It may be time to digitize the contents and rid myself of the last remnants of spiral bound in the house. Well, at least once I finish the review of the one I got from Korea.




Victoria’s Journals’ TeaBook–End of Book Review

Disclosure: I got the Victoria’s Journals’ TeaBook at the 2016 ISOT as a sample from the notebook maker himself. I told him I’d use it and abuse and write a review only if I thought it was worth buying. It turns out it is.

The maker of the TeaBook is a fountain pen addict and designed the notebook to hold up well to fountain pens. He did a good job.

In general, the paper held up quite well against the brutal fountain pen onslaught I inflicted on it.

The TeaBook is an almost A5 sized notebook (it’s a few millimeters thinner but is the same height). It is designed to be rolled up and carried in clothes pockets or even in the bottle holder on a carry bag.

The TeaBook rolled up tightly.

It comes rolled up in a tube that reminds me of the tubes that Retro51 pens come in. The notebook can be rolled up quite tightly, but then lays flat without any latent curl. The cover is a flexible red plastic that didn’t crease over time.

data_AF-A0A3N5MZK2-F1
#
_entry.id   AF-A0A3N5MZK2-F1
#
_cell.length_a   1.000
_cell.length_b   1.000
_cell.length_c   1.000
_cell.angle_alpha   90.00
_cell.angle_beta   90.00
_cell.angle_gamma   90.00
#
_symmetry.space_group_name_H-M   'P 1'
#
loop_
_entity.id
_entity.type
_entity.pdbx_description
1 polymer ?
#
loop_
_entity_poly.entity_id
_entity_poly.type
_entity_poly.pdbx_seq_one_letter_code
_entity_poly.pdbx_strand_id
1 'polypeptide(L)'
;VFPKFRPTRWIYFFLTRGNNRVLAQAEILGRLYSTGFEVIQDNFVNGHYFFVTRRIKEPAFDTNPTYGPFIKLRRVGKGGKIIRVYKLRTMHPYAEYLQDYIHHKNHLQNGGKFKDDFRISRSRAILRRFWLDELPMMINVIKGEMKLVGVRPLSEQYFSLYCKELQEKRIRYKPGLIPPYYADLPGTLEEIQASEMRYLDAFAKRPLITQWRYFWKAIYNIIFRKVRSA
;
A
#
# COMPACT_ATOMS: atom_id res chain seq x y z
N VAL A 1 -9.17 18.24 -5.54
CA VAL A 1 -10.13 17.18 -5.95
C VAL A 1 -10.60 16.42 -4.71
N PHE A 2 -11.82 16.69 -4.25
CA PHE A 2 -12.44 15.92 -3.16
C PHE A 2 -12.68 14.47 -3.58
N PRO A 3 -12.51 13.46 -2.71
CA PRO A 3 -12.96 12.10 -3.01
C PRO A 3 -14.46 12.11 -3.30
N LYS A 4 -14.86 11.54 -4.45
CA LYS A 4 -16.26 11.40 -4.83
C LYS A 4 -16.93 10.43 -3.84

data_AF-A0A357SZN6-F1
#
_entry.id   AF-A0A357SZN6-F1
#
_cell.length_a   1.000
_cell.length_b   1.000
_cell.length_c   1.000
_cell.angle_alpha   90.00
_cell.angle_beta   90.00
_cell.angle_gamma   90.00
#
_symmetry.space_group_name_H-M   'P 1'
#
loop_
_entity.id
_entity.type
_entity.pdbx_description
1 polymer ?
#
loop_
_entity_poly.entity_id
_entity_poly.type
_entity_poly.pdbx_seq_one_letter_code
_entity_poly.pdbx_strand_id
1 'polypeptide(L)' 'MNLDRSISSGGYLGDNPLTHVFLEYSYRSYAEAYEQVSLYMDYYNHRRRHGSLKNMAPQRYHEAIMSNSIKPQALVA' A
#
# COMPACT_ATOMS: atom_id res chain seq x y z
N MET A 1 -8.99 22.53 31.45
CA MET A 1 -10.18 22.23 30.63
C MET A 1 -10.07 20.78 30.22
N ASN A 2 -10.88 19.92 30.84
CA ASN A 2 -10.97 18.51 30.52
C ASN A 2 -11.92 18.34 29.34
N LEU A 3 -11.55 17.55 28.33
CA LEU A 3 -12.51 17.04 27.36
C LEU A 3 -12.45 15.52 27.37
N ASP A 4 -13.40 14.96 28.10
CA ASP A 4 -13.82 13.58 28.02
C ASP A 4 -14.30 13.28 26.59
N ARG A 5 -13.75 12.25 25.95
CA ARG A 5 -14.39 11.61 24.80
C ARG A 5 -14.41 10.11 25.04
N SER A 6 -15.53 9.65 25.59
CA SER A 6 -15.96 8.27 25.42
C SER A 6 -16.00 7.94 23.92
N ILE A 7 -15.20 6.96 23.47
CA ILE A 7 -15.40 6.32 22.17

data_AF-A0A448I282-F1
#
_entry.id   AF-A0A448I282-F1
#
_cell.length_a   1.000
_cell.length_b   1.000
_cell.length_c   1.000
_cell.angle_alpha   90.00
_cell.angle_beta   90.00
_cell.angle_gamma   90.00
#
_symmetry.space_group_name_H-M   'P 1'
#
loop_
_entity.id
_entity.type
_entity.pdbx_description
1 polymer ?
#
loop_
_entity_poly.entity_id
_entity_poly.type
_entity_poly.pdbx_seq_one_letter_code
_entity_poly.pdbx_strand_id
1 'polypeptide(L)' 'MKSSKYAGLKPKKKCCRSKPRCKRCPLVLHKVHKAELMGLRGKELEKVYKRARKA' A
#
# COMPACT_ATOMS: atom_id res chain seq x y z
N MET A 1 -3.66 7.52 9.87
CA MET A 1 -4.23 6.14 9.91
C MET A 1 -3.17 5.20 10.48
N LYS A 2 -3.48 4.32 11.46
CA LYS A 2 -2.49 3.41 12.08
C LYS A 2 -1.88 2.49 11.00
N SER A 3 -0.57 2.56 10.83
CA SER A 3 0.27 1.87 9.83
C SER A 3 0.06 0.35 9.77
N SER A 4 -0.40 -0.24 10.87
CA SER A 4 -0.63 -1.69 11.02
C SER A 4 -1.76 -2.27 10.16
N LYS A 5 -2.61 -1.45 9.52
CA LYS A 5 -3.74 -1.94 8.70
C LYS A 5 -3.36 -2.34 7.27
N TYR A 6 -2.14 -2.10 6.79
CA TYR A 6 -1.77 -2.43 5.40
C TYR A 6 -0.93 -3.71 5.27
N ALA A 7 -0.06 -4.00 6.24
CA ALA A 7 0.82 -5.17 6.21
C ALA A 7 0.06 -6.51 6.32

The TeaBook in front of its case.

The pages are made of 80# Spanish paper. The version I had was lined, but it appears to come in at least dot grid as well. (Note: I had a prototype case that didn’t match the paper I had inside so this is just a guess.) Each page is perforated, which is something I usually don’t like, but after a few months of regular use, none of the pages had started to work loose. I did, by the end of the book, like the idea of being able to rip out pages I wanted to use and then get rid of the rest.

Detail of the perforations and the lines. I liked the light ruling.

The paper handled fountain pens about as well as the Field Notes America The Beautiful edition. Several inks bled through, though, including one that destroys laughs at notebook paper and snickers at Tomoe River paper—No, really, it mocks the paper it’s used on—and that was while it was in a pen with a steel M nib. (More on that ink in a future post.)

My ink testing page.

The results of the ink tests. The results are respectable, given most of the nibs and inks were terminators, but not great. I’m not sure this facing page was necessary, though, so I didn’t mind defacing it.